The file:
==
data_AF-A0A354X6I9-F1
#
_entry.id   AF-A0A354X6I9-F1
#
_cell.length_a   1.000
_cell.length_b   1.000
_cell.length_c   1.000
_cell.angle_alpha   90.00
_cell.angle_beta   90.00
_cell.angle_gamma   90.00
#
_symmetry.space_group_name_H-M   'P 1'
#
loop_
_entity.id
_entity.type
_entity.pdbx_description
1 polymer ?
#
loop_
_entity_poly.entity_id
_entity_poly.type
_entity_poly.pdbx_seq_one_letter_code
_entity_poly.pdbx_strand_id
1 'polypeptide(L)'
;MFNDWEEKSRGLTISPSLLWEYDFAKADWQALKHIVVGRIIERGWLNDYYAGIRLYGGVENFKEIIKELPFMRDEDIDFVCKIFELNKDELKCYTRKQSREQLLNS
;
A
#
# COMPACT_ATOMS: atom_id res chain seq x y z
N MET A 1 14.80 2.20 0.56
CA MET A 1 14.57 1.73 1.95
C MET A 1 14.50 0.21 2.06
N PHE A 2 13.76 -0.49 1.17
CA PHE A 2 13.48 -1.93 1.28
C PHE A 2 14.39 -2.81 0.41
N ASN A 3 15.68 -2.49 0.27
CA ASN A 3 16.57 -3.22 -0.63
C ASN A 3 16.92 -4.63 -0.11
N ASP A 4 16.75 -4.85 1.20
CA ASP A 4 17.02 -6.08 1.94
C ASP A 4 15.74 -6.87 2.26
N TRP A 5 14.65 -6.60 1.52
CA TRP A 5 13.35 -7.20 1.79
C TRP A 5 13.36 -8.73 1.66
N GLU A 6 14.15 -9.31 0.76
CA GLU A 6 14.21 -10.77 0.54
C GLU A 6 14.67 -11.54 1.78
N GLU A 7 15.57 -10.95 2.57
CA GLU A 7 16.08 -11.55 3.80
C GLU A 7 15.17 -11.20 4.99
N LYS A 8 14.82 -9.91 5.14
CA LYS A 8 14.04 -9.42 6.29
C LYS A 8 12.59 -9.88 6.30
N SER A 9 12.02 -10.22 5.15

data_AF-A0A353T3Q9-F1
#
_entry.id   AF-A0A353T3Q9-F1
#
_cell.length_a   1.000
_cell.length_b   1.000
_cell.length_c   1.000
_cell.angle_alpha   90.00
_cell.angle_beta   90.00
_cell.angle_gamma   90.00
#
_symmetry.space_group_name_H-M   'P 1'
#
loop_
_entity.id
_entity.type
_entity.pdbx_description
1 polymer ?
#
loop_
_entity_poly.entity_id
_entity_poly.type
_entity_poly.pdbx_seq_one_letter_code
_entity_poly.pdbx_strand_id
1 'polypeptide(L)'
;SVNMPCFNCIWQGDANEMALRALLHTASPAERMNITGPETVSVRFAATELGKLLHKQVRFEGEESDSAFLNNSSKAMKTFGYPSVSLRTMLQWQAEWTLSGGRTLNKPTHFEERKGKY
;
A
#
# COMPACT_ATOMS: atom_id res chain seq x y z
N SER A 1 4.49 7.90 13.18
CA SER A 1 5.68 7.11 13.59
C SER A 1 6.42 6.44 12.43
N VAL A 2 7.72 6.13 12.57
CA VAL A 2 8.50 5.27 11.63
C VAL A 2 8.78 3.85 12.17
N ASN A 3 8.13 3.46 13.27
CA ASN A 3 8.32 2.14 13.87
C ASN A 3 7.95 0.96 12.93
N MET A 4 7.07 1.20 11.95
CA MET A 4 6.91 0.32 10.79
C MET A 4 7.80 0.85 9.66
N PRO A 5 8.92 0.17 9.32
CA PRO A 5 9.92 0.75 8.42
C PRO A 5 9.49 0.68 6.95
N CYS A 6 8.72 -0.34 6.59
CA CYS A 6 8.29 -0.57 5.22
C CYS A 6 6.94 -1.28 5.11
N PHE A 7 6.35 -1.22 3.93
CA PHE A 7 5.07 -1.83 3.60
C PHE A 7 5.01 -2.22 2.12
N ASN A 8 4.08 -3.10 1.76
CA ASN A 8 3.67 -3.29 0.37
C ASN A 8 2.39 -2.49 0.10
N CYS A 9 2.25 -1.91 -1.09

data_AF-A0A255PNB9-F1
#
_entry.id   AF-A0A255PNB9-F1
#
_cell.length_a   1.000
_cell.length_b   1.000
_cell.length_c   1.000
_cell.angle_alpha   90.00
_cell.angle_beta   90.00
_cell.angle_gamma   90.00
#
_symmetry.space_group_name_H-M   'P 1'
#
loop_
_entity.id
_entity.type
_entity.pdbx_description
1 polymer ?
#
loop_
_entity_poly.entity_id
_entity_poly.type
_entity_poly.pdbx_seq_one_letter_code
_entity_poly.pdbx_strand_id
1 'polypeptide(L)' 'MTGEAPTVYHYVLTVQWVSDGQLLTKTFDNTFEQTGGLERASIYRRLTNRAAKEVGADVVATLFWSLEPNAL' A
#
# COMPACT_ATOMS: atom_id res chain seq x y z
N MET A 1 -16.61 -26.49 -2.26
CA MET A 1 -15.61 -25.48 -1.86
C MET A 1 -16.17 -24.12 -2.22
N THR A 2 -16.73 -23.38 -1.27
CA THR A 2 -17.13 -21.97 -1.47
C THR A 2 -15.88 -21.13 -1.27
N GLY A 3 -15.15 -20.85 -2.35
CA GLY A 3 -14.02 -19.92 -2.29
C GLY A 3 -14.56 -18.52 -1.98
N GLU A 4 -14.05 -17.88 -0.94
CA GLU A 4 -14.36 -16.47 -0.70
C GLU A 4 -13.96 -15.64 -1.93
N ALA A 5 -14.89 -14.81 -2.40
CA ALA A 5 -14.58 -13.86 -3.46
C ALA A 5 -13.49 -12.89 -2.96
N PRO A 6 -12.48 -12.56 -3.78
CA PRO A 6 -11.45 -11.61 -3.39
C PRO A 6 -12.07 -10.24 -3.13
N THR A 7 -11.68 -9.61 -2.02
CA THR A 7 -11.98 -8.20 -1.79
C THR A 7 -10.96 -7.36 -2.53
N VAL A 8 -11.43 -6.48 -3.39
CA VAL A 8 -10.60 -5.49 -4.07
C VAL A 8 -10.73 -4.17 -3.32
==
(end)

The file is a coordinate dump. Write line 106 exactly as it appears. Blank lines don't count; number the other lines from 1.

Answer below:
C PHE A 7 5.01 -2.22 2.12